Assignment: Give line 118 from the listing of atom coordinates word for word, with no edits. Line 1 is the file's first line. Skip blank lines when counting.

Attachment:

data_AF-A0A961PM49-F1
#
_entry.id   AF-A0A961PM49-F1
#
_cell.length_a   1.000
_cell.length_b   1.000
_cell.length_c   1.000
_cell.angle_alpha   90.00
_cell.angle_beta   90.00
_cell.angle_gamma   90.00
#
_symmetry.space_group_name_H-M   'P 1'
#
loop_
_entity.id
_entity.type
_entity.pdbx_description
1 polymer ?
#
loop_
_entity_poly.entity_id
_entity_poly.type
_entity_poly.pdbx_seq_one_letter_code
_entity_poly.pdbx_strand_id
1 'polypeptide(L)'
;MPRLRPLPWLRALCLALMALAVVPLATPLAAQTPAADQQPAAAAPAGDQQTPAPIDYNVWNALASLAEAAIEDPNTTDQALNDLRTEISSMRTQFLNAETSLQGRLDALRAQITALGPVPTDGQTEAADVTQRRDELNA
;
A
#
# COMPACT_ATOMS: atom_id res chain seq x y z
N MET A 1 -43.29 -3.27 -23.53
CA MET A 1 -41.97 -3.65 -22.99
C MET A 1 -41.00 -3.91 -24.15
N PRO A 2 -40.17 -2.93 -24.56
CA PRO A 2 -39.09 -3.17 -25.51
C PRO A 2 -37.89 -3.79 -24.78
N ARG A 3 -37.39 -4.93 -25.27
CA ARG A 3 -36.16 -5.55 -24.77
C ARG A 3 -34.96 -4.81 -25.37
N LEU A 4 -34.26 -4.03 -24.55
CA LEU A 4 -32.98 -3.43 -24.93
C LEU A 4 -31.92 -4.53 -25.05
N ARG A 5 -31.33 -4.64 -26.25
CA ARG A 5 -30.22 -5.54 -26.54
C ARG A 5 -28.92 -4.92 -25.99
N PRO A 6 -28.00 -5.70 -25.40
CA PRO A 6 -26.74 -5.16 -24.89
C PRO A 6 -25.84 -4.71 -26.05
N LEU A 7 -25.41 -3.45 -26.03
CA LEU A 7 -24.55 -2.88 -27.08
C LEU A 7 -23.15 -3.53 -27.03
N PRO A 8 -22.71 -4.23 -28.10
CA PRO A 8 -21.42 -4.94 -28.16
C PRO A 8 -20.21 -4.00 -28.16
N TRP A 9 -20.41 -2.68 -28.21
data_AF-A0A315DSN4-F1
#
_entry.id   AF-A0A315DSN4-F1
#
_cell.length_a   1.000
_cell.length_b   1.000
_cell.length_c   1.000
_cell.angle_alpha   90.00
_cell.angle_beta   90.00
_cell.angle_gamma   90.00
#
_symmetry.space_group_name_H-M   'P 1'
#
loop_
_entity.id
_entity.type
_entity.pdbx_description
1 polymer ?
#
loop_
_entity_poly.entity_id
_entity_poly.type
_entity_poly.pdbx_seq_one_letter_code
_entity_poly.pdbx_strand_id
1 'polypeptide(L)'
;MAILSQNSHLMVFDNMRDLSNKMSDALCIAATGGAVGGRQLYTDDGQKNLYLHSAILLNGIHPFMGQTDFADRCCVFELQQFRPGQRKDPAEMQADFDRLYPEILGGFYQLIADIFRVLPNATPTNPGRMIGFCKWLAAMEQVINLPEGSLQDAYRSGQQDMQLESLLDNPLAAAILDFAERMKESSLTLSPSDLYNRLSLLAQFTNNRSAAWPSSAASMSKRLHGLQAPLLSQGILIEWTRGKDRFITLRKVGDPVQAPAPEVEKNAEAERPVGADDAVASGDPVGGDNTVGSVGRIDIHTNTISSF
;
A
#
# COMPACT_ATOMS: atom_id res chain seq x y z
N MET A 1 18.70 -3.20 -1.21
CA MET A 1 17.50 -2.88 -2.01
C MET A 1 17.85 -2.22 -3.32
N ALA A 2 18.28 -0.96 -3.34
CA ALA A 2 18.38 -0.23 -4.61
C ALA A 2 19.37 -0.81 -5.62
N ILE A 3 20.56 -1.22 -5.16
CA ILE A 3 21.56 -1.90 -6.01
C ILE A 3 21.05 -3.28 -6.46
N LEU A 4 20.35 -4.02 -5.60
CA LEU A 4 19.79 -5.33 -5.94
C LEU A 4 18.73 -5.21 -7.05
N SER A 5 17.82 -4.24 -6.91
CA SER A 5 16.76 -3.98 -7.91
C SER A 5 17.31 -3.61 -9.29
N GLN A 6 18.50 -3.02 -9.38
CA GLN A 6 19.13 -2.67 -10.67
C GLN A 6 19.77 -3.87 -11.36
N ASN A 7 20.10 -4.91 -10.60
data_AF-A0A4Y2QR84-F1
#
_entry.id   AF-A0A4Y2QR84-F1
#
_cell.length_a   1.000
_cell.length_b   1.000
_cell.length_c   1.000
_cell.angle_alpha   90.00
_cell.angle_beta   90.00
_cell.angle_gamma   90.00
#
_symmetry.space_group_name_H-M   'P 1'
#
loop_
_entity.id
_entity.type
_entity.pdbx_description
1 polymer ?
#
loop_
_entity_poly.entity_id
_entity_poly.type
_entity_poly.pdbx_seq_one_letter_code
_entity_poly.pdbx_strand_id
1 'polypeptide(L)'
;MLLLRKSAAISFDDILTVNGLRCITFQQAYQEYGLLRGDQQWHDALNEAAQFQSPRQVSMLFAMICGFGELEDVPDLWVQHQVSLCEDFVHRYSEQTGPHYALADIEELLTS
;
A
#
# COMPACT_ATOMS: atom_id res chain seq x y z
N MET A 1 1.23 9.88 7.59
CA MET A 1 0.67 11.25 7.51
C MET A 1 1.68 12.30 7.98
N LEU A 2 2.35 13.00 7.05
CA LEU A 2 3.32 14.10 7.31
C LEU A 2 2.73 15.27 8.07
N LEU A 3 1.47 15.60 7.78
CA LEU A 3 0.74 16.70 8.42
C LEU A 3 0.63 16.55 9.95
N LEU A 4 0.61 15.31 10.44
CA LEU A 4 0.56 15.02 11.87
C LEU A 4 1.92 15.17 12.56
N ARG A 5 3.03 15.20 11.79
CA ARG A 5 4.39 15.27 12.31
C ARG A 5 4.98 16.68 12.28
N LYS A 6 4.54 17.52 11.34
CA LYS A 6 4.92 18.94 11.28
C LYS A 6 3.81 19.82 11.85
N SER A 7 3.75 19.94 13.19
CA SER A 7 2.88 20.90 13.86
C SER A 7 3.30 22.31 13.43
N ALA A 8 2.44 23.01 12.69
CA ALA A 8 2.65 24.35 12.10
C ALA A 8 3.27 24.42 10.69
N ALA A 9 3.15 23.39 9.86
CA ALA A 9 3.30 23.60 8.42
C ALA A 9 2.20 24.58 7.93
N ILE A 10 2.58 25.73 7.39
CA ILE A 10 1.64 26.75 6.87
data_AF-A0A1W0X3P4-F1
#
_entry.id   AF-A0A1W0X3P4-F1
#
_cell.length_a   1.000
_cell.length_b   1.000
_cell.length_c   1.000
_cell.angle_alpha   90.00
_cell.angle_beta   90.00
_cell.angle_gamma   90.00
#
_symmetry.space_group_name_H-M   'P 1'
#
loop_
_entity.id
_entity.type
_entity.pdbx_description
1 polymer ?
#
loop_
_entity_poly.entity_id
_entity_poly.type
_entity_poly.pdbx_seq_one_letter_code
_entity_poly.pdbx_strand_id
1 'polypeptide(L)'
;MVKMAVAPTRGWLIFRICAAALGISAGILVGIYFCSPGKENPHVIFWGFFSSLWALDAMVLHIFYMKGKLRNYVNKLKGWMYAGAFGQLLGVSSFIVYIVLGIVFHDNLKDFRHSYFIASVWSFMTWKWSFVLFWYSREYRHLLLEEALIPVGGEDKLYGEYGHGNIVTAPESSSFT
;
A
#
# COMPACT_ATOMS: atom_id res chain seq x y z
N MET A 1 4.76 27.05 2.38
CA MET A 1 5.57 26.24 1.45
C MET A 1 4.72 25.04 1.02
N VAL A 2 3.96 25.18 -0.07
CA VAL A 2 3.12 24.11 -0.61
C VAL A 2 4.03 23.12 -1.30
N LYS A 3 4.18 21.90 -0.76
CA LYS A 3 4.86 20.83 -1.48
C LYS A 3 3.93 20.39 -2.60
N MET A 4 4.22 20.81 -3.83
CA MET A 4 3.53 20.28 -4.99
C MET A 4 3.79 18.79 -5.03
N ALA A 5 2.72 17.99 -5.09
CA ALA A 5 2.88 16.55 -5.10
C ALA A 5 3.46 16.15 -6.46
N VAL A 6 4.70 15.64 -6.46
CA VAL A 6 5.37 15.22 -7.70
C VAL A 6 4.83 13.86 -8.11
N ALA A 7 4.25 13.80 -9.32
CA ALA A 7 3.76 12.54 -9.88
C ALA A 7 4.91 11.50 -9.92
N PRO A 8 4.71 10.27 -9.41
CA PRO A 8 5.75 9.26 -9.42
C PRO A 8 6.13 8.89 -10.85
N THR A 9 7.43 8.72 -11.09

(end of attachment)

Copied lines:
loop_